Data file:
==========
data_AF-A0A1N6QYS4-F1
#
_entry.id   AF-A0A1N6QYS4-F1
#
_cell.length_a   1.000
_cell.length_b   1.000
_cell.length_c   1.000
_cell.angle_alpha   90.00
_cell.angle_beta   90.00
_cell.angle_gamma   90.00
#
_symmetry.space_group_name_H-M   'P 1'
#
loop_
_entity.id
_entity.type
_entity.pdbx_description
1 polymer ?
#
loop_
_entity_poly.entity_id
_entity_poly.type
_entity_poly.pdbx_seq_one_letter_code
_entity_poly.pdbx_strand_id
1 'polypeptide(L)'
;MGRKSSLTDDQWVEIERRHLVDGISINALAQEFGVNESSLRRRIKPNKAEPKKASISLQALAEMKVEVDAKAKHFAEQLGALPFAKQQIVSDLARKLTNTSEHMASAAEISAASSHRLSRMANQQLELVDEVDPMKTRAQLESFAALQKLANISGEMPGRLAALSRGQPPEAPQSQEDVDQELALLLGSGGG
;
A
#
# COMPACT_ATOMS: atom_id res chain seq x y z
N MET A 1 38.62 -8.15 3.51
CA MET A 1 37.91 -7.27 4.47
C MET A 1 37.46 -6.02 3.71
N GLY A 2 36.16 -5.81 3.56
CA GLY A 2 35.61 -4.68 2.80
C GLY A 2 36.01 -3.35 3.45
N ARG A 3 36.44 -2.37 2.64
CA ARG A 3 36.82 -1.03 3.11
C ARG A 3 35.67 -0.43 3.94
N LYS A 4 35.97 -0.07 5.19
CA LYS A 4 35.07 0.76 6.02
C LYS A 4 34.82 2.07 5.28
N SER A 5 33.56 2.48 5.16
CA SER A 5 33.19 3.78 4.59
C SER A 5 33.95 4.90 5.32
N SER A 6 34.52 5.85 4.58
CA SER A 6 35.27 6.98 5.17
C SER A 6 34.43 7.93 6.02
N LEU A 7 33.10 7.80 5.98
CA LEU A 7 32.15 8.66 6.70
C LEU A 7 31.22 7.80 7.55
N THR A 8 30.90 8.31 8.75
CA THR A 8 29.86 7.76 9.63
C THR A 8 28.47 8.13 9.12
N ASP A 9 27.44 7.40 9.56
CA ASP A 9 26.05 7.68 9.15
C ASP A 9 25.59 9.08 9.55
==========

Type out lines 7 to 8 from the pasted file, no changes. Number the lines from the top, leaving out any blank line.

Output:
_cell.length_c   1.000
_cell.angle_alpha   90.00